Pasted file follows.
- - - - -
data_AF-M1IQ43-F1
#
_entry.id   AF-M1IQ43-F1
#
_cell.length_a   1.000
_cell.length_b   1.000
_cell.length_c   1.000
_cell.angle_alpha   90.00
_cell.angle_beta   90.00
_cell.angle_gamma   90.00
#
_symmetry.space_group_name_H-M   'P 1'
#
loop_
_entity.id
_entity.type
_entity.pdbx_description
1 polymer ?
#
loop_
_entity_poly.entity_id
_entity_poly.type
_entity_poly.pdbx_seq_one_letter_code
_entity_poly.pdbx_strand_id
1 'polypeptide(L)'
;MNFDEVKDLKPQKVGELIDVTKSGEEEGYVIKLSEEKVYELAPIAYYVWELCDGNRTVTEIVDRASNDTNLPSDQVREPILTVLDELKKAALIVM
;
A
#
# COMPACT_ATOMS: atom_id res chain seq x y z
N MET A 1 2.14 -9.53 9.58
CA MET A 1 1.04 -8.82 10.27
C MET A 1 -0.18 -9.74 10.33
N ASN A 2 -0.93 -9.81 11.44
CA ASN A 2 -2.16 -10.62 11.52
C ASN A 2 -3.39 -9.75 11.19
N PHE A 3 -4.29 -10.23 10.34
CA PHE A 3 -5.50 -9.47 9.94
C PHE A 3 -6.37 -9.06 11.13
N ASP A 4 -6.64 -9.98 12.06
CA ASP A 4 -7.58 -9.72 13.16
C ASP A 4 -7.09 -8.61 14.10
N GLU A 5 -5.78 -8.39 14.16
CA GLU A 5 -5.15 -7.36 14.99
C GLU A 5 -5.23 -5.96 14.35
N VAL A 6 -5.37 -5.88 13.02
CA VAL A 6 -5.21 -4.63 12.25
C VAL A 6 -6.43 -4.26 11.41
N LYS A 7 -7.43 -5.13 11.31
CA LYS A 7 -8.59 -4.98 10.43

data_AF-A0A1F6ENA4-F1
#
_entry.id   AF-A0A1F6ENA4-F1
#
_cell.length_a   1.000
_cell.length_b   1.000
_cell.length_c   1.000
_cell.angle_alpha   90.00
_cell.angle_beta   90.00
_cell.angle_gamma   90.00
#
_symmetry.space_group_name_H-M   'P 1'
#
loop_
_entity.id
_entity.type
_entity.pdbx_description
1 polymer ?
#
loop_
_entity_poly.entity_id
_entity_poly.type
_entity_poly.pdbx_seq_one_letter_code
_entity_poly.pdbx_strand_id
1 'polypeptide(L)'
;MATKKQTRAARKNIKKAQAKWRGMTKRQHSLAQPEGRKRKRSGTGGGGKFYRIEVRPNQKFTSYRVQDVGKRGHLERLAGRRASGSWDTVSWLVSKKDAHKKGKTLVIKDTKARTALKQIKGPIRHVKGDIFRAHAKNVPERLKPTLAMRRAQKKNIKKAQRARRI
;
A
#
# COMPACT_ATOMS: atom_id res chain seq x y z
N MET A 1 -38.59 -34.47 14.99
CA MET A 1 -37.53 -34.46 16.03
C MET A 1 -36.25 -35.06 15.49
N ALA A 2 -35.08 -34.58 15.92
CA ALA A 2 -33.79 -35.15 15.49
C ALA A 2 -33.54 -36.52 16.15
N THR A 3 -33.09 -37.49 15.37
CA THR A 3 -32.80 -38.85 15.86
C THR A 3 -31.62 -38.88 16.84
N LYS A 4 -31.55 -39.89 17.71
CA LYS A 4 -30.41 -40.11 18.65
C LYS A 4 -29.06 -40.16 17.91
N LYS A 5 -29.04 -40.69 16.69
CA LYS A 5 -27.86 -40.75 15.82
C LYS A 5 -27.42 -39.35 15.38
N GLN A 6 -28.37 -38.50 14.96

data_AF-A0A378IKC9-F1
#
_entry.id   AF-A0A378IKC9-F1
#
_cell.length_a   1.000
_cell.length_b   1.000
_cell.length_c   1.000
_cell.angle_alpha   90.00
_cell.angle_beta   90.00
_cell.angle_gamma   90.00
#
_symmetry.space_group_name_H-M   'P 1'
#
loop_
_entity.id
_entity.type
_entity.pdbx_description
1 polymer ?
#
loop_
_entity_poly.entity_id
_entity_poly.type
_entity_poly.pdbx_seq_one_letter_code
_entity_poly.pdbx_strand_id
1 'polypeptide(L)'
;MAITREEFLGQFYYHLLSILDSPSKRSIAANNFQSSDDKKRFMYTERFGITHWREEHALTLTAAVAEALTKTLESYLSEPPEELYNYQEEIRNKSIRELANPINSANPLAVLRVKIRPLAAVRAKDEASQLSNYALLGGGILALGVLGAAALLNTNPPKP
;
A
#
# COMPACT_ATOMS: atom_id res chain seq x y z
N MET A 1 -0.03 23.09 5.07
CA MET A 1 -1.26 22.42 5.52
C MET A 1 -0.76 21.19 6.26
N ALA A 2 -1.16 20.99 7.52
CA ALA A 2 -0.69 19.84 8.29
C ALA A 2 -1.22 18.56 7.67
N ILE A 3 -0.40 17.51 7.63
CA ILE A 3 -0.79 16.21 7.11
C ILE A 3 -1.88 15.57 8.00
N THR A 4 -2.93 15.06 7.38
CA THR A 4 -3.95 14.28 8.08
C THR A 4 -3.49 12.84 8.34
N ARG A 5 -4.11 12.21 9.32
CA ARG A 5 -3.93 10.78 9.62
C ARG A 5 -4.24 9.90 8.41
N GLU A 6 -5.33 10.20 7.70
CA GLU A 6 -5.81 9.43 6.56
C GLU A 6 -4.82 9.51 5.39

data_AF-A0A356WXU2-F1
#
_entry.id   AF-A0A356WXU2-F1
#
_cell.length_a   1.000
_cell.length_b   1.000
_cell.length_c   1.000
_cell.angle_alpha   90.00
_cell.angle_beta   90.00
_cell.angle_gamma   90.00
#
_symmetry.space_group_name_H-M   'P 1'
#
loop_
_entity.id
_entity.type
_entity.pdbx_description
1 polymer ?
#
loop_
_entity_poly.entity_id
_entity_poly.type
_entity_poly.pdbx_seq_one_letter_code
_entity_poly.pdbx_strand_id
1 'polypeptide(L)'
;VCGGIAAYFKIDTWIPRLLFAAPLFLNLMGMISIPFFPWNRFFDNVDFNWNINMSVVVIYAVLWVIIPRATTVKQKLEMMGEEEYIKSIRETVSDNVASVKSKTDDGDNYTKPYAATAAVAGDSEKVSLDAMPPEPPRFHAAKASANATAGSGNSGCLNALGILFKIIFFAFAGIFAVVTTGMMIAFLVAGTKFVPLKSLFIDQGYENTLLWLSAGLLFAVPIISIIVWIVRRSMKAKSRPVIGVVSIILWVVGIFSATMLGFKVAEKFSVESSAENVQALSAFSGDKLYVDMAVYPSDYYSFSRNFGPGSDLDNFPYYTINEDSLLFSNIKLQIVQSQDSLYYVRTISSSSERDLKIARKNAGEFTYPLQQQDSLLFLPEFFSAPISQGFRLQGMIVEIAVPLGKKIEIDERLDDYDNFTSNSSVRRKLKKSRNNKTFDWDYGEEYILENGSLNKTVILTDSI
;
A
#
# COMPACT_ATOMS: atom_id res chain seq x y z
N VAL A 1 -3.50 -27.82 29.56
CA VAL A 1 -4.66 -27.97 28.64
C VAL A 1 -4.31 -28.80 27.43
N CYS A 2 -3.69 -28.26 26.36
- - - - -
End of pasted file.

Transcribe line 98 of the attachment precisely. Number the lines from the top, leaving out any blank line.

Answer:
#